Wireless carrier consolidation and the accompanied jitters it inspires will be one of the top stories again in 2014.
As we headed in to the holiday break, the Wall Street Journal reported on Dec. 13 that Sprint was considering a merger with T-Mobile US, which set the industry into full speculation mode.
If such a merger would occur, Jennifer M. Fritzsche, senior analyst, Wells Fargo wrote, it would have the biggest impact on Crown Castle International, which has an overlap between T-Mobile US and Sprint totaling 8,000 sites, which accounts for 20 percent of its U.S. portfolio and 10 percent of its consolidated site rental revenues, according to Fritzsche. SBA Communications would be the least affected with an overlap of 2,000 sites or 13 percent of its domestic portfolio. American Tower has an overlap on 5,500 sites, which 20 percent of its domestic portfolio, but it accounts for less than 5 percent of its revenue.
Average remaining term of leases on affected sites at all of the big three tower companies is seven years.
“We would be affected very little by the combo of Sprint and T-Mobile US in terms of existing overlap, however it would affect our growth model and likely pricing on exit as I think initially the entire market would trade down,” said Ronald G. Bizick, II, CEO, Tarpon Towers.
The Nikkei Asian Review reported on Dec. 25 that Sprint’s owner, SoftBank, was in the final stages of talks with Deutsche Telekom to purchase the majority of shares in T-Mobile US for $19 billion. SoftBank has approached Credit Suisse, Mizuho Bank, Goldman Sachs and Deutsche Bank, looking for funding, according to Bloomberg News.
And then there are the antitrust and competition concerns of two major carriers merging. Not forgotten is AT&T’s $39 billion merger proposal for T-Mobile US in 2011 that was nixed by the Department of Justice. Worries caused by that deal stifled growth in cell site development for the better part of that year.
A Sprint/T-Mobile US merger would create a super carrier with 100 million subs, making it competitive with the current duopoly, AT&T and Verizon. The combo would also make Softbank the second largest carrier in the world behind China Mobile. Whether the deal goes through depends in part on whether it is seen by the FCC and DoJ as improving competition or harming it.
Another issue might be timing of the merger, according to Mobile Ecosystem analyst Mark Lowenstein. “[Softbank’s] Masayoshi Son’s already uphill battle [to merge with T-Mobile US] has become progressively steeper given T-Mobile’s 2013 trifecta of successful Metro integration/expansion, rapid LTE deployment, and success with its ‘un-carrier’ strategy,” he wrote. “AT&T’s planned acquisition of Leap will put further pressure on Sprint MVNOs. Plus, the incentive auctions have been delayed into 2015, pushing commercial reality of additional sub-2.5 GHz spectrum for Sprint even further out.”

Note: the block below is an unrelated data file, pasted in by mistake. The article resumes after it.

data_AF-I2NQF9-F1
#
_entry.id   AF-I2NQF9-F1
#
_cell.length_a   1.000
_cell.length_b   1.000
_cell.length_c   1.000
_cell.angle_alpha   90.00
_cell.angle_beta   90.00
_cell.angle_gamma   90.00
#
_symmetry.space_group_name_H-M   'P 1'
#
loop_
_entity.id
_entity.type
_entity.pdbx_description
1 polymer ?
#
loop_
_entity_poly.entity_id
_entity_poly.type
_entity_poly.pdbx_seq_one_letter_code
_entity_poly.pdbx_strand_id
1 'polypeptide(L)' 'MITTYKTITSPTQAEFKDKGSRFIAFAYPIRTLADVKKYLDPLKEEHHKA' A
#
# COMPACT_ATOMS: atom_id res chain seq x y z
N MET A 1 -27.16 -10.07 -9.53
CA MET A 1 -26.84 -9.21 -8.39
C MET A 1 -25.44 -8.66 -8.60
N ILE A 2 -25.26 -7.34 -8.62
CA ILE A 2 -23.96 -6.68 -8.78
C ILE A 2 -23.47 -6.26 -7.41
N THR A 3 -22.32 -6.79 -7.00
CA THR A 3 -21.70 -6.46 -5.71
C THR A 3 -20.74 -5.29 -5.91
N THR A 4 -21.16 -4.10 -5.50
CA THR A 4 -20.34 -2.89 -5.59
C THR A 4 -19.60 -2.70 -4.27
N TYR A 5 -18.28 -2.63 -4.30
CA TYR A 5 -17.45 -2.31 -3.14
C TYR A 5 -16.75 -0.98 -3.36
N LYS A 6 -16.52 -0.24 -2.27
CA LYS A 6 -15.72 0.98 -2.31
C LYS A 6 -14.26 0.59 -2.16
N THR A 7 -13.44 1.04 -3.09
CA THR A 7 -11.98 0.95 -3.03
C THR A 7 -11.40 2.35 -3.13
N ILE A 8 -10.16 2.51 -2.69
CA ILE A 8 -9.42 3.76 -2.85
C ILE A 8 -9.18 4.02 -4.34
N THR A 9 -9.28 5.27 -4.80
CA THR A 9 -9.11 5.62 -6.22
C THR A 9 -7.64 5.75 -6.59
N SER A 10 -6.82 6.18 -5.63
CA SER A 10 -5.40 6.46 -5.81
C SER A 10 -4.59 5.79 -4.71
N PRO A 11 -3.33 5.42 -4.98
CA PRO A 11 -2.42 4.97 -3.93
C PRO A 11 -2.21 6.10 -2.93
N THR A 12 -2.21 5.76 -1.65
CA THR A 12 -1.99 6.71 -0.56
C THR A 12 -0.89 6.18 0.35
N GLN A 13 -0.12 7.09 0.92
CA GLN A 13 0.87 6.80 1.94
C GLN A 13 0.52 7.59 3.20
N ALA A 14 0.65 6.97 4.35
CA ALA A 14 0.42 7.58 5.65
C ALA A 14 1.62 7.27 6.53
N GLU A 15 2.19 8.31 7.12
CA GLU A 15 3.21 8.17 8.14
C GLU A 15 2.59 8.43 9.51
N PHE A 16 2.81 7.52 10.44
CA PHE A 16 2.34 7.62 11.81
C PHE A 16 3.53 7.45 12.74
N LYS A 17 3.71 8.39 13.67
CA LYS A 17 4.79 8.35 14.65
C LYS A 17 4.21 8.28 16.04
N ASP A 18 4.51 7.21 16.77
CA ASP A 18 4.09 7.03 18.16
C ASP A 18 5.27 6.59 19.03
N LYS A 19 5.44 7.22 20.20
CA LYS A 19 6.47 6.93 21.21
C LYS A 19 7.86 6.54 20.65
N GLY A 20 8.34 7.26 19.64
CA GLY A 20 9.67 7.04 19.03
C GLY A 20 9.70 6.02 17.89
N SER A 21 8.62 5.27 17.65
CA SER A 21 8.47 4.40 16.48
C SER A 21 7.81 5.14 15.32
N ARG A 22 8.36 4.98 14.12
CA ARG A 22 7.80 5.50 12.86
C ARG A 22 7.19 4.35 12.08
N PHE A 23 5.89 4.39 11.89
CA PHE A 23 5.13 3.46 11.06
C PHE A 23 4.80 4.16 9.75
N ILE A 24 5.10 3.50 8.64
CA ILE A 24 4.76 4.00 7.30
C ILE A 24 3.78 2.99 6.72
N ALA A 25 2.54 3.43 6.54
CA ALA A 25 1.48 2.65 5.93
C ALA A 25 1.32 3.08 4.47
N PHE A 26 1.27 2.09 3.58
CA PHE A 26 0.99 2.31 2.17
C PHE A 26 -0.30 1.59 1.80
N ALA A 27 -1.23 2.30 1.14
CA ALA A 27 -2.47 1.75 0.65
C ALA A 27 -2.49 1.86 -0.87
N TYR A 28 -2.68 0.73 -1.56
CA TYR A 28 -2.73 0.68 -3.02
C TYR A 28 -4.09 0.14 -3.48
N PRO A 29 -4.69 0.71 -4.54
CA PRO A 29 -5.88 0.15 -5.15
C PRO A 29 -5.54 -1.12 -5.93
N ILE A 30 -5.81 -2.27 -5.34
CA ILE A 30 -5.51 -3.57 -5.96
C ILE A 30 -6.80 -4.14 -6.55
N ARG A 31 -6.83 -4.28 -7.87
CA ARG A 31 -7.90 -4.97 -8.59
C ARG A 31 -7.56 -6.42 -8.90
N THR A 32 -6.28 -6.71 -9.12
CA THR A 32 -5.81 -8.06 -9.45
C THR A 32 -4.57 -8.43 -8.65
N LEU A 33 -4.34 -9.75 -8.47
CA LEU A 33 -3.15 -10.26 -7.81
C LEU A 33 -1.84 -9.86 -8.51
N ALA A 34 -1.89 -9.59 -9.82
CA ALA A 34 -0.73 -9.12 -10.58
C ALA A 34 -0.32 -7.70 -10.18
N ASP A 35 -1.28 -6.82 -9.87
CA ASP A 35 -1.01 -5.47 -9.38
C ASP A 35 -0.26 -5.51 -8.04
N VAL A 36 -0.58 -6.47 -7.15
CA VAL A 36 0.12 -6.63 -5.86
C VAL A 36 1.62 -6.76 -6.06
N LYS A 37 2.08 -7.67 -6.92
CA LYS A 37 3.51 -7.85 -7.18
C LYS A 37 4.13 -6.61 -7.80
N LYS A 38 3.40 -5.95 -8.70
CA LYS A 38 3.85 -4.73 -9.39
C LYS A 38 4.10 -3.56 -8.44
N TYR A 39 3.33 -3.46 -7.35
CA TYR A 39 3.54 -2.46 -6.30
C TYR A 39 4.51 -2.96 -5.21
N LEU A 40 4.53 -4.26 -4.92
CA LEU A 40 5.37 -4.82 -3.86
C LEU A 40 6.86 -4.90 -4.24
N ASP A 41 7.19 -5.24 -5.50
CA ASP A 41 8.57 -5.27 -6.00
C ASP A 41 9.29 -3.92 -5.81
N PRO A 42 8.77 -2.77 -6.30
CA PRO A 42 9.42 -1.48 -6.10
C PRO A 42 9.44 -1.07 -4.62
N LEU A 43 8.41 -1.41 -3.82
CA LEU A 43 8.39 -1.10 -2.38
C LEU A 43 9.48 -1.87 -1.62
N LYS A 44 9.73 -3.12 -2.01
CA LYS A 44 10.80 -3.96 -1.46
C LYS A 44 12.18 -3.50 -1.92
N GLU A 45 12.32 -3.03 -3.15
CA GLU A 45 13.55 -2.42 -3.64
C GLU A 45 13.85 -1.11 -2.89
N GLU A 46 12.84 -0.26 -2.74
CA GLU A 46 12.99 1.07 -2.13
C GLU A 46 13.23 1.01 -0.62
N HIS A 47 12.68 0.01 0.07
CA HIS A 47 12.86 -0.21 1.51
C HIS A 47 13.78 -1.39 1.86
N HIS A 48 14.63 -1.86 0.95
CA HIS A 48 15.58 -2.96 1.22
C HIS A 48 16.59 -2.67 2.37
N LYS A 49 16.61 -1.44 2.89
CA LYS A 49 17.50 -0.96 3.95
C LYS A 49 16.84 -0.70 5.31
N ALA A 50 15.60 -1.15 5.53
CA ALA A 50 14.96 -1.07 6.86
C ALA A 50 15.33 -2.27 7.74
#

To make matters even more complicated, Charlie Ergen, the driver of much of last year’s merger melodramas, has decided he may want to poke in his nose. Reuters reported on Dec. 18 that DISH Network was considering its own bid for T-Mobile US, pitting it against Sprint, the carrier it used to want to buy.
It’s easy to find people that don’t trust DISH Network’s Charlie Ergen, but it’s hard not to get titillated by some of the technology plays that he brings to Sprint and Clearwire. To Sprint, he brings a multimedia package – mobile and fixed video, voice, and data. Additionally, his company brings a fixed-broadband wireless play using spectrum in the 2.5 GHz band, which would complement the spectrum holdings of both Sprint and Clearwire.
The week, DISH and nTelos Wireless, a rural wireless provider, announced the commencement of a fixed broadband wireless test in rural Virginia using LTE technology, with speeds ranging from 20 Mbps to more than 50 Mbps.
As part of the demonstration, two wireless tower test sites were activated in the Blue Ridge Mountains near Waynesboro and Afton, Va. BandRich ruggedized outdoor routers with built-in high-gain antennas were installed on the roofs of the homes to receive the signal. Ericsson and Alcatel-Lucent provided equipment and assisted in the installation.
The final story has yet to be written of the DISH/Sprint/Clearwire/Softbank merger-palooza. But with a significant portion of households in rural America underserved by wireline broadband, a fixed wireless LTE solution just might find a home in the country, no matter who provides it.